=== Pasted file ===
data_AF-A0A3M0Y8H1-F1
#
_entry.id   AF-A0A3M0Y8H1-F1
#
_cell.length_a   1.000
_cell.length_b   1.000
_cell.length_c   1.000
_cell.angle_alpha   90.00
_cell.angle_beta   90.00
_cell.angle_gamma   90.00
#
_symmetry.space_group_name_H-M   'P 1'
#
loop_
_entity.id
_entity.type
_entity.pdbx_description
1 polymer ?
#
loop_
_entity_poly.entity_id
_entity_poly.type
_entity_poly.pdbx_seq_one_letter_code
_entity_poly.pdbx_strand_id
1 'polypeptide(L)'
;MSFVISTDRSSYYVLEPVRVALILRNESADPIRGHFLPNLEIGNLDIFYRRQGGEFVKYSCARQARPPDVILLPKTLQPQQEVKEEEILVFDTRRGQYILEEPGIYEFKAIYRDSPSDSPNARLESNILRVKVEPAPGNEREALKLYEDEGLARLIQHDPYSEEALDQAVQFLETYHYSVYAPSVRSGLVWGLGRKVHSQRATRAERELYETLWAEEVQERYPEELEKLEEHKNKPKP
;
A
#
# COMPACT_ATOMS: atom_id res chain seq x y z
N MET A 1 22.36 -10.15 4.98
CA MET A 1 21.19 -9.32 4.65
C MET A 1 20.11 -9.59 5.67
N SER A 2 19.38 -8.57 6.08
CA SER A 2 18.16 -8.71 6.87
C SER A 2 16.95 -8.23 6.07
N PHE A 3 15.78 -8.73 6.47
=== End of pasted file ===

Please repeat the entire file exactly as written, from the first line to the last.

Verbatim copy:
data_AF-A0A3M0Y8H1-F1
#
_entry.id   AF-A0A3M0Y8H1-F1
#
_cell.length_a   1.000
_cell.length_b   1.000
_cell.length_c   1.000
_cell.angle_alpha   90.00
_cell.angle_beta   90.00
_cell.angle_gamma   90.00
#
_symmetry.space_group_name_H-M   'P 1'
#
loop_
_entity.id
_entity.type
_entity.pdbx_description
1 polymer ?
#
loop_
_entity_poly.entity_id
_entity_poly.type
_entity_poly.pdbx_seq_one_letter_code
_entity_poly.pdbx_strand_id
1 'polypeptide(L)'
;MSFVISTDRSSYYVLEPVRVALILRNESADPIRGHFLPNLEIGNLDIFYRRQGGEFVKYSCARQARPPDVILLPKTLQPQQEVKEEEILVFDTRRGQYILEEPGIYEFKAIYRDSPSDSPNARLESNILRVKVEPAPGNEREALKLYEDEGLARLIQHDPYSEEALDQAVQFLETYHYSVYAPSVRSGLVWGLGRKVHSQRATRAERELYETLWAEEVQERYPEELEKLEEHKNKPKP
;
A
#
# COMPACT_ATOMS: atom_id res chain seq x y z
N MET A 1 22.36 -10.15 4.98
CA MET A 1 21.19 -9.32 4.65
C MET A 1 20.11 -9.59 5.67
N SER A 2 19.38 -8.57 6.08
CA SER A 2 18.16 -8.71 6.87
C SER A 2 16.95 -8.23 6.07
N PHE A 3 15.78 -8.73 6.47